- Legal recourses – the High Courts and the Supreme Court can be approached under the Constitution of India, for remedies, including compensation, for violations of fundamental rights. They are not widely accessible and usually deal only with egregious cases, where the burden of proof is high.
- National and the State Human Rights Commissions – Relief can be sought before these Commissions set up under the Protection of Human Rights Act, 1993, but their recommendations are not binding on the respective governments.
- Minorities – There seems to be religious and caste bias and prejudices, and this pre-conceived discrimination affects the personnel to harass and be brutal as revealed by The Status of Policing in India Report 2019 by Common Cause and the Centre for the Study of Developing Societies
- Settlements – It is usually the State, i.e. the taxpayers that pay for the compensation to victims of police brutality and not the accused.
There is a lot of reforms to be done, and with the existing state of affairs and controls in our police forces today, it can be safely said that the consequences for police misconduct and brutalities are very minimal.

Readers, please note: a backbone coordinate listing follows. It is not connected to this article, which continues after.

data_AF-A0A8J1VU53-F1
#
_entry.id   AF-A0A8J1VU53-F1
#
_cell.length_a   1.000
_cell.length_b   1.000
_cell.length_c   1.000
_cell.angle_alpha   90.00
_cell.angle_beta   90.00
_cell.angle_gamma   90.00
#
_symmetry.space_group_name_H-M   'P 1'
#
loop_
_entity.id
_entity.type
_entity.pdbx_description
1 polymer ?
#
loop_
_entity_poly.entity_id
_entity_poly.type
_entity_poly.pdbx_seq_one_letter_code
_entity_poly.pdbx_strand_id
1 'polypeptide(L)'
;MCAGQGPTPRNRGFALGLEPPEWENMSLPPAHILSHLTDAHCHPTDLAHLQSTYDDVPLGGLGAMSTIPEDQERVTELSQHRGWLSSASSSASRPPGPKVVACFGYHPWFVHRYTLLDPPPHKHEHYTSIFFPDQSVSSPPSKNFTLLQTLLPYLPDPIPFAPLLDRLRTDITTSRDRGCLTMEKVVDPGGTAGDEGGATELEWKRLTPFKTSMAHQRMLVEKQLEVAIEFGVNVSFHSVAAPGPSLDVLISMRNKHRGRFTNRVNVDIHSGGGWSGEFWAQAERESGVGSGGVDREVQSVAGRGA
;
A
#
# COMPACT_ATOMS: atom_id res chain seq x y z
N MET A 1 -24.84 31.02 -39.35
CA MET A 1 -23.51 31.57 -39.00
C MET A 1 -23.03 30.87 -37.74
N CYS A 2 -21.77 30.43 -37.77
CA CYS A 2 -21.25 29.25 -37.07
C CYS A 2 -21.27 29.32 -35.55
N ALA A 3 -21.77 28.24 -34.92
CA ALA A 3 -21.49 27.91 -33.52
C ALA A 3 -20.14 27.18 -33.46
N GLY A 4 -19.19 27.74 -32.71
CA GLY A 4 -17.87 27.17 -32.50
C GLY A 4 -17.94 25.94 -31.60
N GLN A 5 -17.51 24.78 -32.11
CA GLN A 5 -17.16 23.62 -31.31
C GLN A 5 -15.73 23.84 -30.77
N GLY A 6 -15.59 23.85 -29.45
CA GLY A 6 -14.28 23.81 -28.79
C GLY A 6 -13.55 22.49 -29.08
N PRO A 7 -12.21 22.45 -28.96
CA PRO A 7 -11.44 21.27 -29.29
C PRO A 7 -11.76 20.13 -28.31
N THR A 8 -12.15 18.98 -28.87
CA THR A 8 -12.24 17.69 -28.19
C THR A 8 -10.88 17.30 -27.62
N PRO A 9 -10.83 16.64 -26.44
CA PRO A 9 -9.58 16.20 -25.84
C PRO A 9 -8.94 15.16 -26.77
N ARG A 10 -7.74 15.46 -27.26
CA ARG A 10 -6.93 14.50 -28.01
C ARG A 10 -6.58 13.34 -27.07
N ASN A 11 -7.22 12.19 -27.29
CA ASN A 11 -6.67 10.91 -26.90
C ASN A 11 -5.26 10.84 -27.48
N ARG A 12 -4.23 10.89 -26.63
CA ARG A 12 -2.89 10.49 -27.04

Developments and Reforms
Developed countries have been able to minimise police brutalities over the years but are still not able to eradicate it. In India, Kerala was the first state to initiate police reforms under Shri E.M.S Namboodiripad as Chief Minister and Shri V.R. Krishna Iyer (later Justice V.R. Krishna Iyer) as Home Minister in 1959 and a report on Police Reorganisation was submitted in 1960, but no action had been taken. Subsequently in India, the following initiatives were taken to reform the police:
- National Police Commission, 1977-81. The Commission produced eight reports between 1979 and 1981, suggesting wide-ranging reforms in the existing police set-up.
- Riberio Committee, 1998, submitted one report in 1998 and the second report in 1999 on police reforms.
- Padmanabhaiah Committee, set up by Home Ministry for police reforms in January 2000, finished their work in eight months
- Justice V. S. Malimath Committee submitted a report with 158 recommendations in 2003, for reforms.
- Police Act Drafting Committee, 2005, chaired by Soli Sorabjee, submitted a Model Police Act in 2006. 15 states (Assam, Bihar, Chhattisgarh, Haryana, Himachal Pradesh, Kerala, Maharashtra, Meghalaya, Mizoram, Punjab, Rajasthan, Sikkim, Tamil Nadu, Tripura, Uttarakhand) passed new laws and 2 States (Karnataka and Gujarat) amended their existing laws in light of this new model law[vii].
- The Supreme Court in Prakash Singh v. Union of India[viii] laid down seven directives to all the State Governments, which can be broadly divided into two categories
Part I: For achieving functional autonomy
- To constitute a State Security Commission which would ensure that the State Government does not exercise unwarranted influence or pressure on the police, lay down broad policy guidelines and to evaluate the performance of the State police.